Computer spies have broken into the Pentagon's $300 billion Joint Strike Fighter project — the Defense Department's costliest weapons program ever — according to current and former government officials familiar with the attacks.

Similar incidents have also breached the Air Force's air-traffic-control system in recent months, these people say.

In the case of the fighter-jet program, the intruders were able to copy and siphon off several terabytes of data related to design and electronics systems, officials say, potentially making it easier to defend against the craft.

The latest intrusions provide new evidence that a battle is heating up between the U.S. and potential adversaries over the data networks that tie the world together.

The revelations follow a recent Wall Street Journal report that computers used to control the U.S. electrical-distribution system, as well as other infrastructure, have also been infiltrated by spies abroad.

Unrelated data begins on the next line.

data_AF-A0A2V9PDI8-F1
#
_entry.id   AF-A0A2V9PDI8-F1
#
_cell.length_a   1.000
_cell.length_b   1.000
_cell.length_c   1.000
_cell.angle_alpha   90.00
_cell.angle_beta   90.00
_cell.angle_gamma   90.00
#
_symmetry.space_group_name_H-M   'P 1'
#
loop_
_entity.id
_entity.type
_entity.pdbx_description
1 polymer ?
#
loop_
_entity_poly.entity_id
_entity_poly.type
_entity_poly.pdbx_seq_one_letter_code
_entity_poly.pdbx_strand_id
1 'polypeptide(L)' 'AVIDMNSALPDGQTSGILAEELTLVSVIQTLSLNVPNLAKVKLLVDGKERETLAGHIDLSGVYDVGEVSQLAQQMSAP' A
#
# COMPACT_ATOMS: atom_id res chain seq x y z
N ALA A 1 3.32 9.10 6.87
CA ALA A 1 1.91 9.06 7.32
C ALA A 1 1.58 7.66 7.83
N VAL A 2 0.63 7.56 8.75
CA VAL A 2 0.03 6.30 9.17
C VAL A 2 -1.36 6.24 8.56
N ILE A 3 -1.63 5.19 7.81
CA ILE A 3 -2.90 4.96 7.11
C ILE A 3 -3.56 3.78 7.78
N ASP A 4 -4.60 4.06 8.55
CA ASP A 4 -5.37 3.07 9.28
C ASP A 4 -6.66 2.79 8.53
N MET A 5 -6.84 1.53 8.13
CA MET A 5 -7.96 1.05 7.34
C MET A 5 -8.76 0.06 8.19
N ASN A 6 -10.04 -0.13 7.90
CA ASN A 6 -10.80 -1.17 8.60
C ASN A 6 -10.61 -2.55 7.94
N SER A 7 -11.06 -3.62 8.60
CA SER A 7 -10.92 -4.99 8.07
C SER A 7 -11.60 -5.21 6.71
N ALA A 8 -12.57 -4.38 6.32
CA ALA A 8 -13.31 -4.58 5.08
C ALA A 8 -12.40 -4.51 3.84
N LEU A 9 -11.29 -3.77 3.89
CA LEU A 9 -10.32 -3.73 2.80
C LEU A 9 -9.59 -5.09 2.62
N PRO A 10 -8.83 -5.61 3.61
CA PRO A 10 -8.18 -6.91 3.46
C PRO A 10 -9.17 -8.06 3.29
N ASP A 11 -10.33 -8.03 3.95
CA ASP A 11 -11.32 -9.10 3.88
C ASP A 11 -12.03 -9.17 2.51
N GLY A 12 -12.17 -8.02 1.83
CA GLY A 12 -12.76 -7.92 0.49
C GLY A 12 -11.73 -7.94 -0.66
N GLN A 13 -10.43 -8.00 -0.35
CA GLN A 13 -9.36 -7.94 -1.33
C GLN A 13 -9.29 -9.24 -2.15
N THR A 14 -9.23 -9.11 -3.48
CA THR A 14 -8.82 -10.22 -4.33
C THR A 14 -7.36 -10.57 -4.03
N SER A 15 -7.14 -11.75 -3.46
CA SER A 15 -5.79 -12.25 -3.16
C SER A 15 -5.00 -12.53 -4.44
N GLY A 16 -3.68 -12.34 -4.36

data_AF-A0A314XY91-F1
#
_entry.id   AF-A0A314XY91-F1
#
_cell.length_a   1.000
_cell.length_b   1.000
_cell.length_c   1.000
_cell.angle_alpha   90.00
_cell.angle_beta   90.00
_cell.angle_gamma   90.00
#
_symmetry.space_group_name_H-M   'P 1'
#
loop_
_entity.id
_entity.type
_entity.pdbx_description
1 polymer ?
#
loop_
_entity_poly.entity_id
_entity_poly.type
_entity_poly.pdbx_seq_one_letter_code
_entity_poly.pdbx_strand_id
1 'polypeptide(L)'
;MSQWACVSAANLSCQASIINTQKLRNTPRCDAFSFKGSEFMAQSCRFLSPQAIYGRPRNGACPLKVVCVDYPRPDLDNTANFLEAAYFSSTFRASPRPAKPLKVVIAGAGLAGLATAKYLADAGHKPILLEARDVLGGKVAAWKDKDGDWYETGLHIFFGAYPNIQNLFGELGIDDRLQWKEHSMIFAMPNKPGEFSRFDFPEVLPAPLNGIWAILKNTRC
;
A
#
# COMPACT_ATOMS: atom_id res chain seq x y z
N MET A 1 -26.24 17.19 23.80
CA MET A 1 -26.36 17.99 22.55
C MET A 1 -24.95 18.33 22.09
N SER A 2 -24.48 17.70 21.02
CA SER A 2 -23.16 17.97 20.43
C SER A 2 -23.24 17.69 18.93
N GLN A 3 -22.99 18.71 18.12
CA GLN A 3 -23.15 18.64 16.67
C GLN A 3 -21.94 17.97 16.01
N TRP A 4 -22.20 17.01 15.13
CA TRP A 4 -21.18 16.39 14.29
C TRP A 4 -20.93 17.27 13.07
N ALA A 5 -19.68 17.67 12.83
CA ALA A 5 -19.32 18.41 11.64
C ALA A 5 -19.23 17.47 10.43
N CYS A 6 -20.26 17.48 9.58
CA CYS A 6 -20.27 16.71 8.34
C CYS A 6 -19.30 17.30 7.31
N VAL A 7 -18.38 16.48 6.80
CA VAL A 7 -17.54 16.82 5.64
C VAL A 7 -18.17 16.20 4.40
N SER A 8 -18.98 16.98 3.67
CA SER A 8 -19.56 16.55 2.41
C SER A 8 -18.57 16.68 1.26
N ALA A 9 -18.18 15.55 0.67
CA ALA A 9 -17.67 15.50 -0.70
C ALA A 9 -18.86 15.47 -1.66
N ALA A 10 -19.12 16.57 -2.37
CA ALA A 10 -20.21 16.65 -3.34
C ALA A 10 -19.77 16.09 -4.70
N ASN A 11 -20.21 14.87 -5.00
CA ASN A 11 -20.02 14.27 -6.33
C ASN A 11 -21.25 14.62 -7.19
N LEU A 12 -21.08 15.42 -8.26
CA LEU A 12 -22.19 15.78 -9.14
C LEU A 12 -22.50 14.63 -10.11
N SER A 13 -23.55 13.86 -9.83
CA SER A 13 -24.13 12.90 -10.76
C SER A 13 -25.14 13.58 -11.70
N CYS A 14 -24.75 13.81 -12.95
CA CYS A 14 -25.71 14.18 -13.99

Attacks like these — or U.S. awareness of them — appear to have escalated in the past six months, said one former official briefed on the matter.

"There's never been anything like it," this person said, adding that other military and civilian agencies as well as private companies are affected. "It's everything that keeps this country going."

Many details couldn't be learned, including the specific identity of the attackers, and the scope of the damage to the U.S. defense program, either in financial or security terms.

In addition, while the spies were able to download sizable amounts of data related to the jet-fighter, they weren't able to access the most sensitive material, which is stored on computers not connected to the Internet.

Former U.S. officials say the attacks appear to have originated in China. However it can be extremely difficult to determine the true origin because it is easy to mask identities online.

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